LILONGWE-(MaraviPost)-The Malawi Police Services’ (MPS) officers have been urged to desist from criminalizing sex-workers due to their HIV and AIDS status when they come to conflict with the law.
This reduce cases of defaulting the drug prolonged-life, ARVs when are on remand cell as they become uncooperative with the law-enforcers
The call will also enhance cordial relationship men in uniform they have with sex-worker as they harbor criminals when playing their trade.
In an exclusive interview with The Maravi Post in the sidelines of World AIDS DAY that falls on December 1st yearly, Priest Mpemba, Kanengo Police Model station HIV/AIDS Coordinator said time was ripe for officers handle sex-workers in line with human rights principles.
Mpemba who is also DNA Forensic Investigators observed that some law-enforcers criminalize sex-workers during sweeping exercises due to their serial status.
The HIV/AIDS coordinator added that the laws of land do not criminalize sex-work but the act of being conflict with the constitution including robbery and violence among others.
On legalization of sex work in the country, the DNA Forensic Investigators said the matter was a policy issue which the county’s leadership must trade carefully regarding to how the society perceives sex workers.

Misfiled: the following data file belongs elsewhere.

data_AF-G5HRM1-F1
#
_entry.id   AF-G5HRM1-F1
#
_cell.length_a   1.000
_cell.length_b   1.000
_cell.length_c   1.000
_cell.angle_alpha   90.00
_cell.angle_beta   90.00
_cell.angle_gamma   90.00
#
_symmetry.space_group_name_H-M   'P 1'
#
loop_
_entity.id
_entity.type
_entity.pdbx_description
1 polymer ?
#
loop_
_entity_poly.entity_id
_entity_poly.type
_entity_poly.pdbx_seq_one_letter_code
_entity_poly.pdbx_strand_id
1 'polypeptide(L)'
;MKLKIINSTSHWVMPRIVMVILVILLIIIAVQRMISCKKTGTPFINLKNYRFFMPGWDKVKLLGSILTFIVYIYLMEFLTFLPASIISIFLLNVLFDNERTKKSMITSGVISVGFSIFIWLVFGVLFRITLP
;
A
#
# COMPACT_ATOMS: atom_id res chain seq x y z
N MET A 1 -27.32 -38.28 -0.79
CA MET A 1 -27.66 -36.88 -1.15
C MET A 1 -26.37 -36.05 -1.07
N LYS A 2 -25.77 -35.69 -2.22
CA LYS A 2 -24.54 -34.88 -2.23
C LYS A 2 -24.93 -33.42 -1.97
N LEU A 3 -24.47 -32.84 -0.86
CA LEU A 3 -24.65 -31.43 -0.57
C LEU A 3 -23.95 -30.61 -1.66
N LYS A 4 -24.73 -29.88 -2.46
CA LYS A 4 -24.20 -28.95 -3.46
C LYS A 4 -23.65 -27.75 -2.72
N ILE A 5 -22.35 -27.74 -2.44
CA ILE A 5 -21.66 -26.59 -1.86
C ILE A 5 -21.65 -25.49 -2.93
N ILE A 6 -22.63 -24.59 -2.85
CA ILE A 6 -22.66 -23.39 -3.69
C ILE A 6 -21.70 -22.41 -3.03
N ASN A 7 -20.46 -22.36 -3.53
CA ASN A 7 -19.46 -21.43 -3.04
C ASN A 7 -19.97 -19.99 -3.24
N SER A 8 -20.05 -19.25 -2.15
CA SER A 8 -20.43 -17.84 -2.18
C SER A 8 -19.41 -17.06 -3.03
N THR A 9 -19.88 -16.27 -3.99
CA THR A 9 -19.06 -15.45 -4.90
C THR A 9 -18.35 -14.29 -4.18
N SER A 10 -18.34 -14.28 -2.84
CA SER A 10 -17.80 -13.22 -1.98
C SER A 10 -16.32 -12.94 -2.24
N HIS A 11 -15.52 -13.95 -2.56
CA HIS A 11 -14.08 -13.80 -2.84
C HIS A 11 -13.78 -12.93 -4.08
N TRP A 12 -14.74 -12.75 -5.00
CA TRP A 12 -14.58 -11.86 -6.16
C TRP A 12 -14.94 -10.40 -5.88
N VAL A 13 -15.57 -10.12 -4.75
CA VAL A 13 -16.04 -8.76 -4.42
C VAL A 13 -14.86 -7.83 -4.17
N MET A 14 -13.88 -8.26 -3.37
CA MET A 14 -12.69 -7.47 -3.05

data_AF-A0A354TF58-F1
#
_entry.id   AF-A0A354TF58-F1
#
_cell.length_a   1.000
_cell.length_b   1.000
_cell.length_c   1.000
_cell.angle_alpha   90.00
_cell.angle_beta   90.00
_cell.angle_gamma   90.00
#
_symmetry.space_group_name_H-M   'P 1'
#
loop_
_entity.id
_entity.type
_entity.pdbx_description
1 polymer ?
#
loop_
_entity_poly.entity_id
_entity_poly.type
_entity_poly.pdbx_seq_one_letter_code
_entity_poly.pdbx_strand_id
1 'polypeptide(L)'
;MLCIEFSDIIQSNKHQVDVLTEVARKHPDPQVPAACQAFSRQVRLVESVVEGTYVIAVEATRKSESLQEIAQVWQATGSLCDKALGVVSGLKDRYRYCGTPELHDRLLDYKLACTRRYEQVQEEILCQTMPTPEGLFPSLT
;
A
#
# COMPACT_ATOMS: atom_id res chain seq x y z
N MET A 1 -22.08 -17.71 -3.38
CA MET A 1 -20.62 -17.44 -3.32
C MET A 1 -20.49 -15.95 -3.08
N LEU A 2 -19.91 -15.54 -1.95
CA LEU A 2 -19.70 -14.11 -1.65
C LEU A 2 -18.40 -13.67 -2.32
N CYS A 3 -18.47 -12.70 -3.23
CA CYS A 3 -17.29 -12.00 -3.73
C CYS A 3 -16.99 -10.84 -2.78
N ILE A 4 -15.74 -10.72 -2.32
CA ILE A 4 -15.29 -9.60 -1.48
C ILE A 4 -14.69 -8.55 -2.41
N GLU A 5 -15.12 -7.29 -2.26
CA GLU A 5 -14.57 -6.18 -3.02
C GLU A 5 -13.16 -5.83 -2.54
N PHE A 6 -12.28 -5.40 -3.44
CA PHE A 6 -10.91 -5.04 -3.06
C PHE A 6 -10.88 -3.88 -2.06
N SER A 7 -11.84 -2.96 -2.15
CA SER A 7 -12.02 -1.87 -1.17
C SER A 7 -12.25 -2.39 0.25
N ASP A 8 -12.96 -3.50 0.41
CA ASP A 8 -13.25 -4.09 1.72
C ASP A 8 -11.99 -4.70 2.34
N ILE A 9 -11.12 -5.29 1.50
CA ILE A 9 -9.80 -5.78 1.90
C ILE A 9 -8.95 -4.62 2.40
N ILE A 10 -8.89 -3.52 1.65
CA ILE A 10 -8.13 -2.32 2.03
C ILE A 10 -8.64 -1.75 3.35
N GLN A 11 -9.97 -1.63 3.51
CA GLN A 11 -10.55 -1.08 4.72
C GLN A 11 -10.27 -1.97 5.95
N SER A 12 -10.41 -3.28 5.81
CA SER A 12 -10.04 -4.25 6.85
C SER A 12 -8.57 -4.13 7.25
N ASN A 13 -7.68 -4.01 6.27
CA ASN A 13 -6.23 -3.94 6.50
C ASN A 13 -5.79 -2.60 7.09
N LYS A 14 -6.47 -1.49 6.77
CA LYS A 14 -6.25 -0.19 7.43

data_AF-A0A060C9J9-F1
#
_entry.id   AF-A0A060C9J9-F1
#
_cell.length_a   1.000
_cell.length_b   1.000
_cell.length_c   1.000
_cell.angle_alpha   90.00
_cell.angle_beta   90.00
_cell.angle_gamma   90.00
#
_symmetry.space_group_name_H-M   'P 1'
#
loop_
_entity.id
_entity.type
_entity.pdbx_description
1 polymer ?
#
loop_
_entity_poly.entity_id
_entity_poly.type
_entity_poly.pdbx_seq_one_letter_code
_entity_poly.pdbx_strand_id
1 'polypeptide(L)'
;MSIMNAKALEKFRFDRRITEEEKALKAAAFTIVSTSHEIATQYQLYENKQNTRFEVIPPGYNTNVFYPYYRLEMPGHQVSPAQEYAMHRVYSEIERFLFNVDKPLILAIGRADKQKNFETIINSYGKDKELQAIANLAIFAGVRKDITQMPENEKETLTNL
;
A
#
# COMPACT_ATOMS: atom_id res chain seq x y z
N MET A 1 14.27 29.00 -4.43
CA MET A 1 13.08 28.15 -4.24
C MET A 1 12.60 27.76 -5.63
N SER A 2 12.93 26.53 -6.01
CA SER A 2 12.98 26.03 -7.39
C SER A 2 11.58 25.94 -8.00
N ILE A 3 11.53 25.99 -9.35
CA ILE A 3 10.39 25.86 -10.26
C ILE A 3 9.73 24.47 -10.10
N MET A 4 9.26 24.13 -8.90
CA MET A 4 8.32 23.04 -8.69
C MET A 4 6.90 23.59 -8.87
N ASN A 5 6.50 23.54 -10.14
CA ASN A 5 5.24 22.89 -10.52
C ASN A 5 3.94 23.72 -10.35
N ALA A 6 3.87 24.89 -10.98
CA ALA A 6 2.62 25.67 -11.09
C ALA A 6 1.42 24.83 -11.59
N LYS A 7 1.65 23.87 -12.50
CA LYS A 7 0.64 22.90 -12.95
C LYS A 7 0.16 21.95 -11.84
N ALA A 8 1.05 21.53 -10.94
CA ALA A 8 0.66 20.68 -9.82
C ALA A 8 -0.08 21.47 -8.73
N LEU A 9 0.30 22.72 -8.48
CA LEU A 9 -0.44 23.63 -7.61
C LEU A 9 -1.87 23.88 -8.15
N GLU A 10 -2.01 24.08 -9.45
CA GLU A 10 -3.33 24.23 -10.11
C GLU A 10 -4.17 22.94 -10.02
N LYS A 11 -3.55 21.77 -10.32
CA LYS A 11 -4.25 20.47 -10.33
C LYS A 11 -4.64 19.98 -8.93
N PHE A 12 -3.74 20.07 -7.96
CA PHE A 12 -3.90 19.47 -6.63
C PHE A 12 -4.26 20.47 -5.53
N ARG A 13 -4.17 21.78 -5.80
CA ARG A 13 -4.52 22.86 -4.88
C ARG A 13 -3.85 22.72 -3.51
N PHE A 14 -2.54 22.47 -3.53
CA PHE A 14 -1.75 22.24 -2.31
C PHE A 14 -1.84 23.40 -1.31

With extensive sensitization the station is taking on HIV/AIDS, Mpemba expects a cordial relationship between the police and the public in ending the HIV/AIDS pandemic in the country.
On skills handling suspects living with HIV and AIDS, the coordinator said that the station expects fewer lawsuits.
“This year’s World AIDS DAY commemoration must focus as well on how sex-workers are being treated in the society. They are into that trade with various reasons but their rights must be respected as human beings. This is the reason the station using its own resources has been into intensive sensitization on the virus.
“Our officers should also treat suspects especially those living with the virus with dignity as human that they continue taking medication when are on remand. This will reduce drug defaulters and ease lawsuits the station receives,” says Mpemba.
Speaking Friday on World AIDS Day, at the Blantyre Youth Centre The Minister of Health and Population, Atupele Muluzi said that right to health is a fundamental human right, everybody has the right to the enjoyment of the highest attainable standard of physical and mental health.
This year’s commemoration was under the theme ‘Right to Health: Access to Quality HIV Prevention and Treatment Services”.
Before the function, the Minister opened Umodzi Family Centre at Queen Elizabeth Central Hospital. The centre will help facilitate HIV testing and treatment, TB screaming and offer reproductive health services.
AIDS is no longer the high-profile public health menace it once was thanks to the discovery in 2011 that antiretroviral treatment can not only suppress HIV in the bloodstream and reduce the risk of spreading the virus, but also, some experts predict, eventually end the epidemic.